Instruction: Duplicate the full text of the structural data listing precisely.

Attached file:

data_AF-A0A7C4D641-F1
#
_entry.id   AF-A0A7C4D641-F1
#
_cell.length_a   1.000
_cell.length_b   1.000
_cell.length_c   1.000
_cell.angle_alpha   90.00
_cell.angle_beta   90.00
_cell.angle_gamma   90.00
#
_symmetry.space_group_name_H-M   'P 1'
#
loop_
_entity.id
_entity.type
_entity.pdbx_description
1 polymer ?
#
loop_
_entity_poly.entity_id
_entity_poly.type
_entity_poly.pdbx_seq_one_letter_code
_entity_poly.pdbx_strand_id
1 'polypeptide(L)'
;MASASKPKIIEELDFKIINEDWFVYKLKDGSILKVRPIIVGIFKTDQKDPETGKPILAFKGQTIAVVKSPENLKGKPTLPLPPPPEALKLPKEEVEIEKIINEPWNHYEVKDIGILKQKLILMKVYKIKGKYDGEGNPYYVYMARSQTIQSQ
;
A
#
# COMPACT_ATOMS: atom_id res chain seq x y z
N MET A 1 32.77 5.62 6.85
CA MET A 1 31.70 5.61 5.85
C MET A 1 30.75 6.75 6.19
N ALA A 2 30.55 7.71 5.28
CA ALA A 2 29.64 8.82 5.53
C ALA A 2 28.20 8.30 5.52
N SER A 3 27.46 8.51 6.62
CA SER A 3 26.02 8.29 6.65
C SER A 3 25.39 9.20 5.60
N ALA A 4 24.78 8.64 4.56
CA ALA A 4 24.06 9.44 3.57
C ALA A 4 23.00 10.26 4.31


data_AF-A0A7C4D641-F1
#
_entry.id   AF-A0A7C4D641-F1
#
_cell.length_a   1.000
_cell.length_b   1.000
_cell.length_c   1.000
_cell.angle_alpha   90.00
_cell.angle_beta   90.00
_cell.angle_gamma   90.00
#
_symmetry.space_group_name_H-M   'P 1'
#
loop_
_entity.id
_entity.type
_entity.pdbx_description
1 polymer ?
#
loop_
_entity_poly.entity_id
_entity_poly.type
_entity_poly.pdbx_seq_one_letter_code
_entity_poly.pdbx_strand_id
1 'polypeptide(L)'
;MASASKPKIIEELDFKIINEDWFVYKLKDGSILKVRPIIVGIFKTDQKDPETGKPILAFKGQTIAVVKSPENLKGKPTLPLPPPPEALKLPKEEVEIEKIINEPWNHYEVKDIGILKQKLILMKVYKIKGKYDGEGNPYYVYMARSQTIQSQ
;
A
#
# COMPACT_ATOMS: atom_id res chain seq x y z
N MET A 1 32.77 5.62 6.85
CA MET A 1 31.70 5.61 5.85
C MET A 1 30.75 6.75 6.19
N ALA A 2 30.55 7.71 5.28
CA ALA A 2 29.64 8.82 5.53
C ALA A 2 28.20 8.30 5.52
N SER A 3 27.46 8.51 6.62
CA SER A 3 26.02 8.29 6.65
C SER A 3 25.39 9.20 5.60
N ALA A 4 24.78 8.64 4.56
CA ALA A 4 24.06 9.44 3.57
C ALA A 4 23.00 10.26 4.31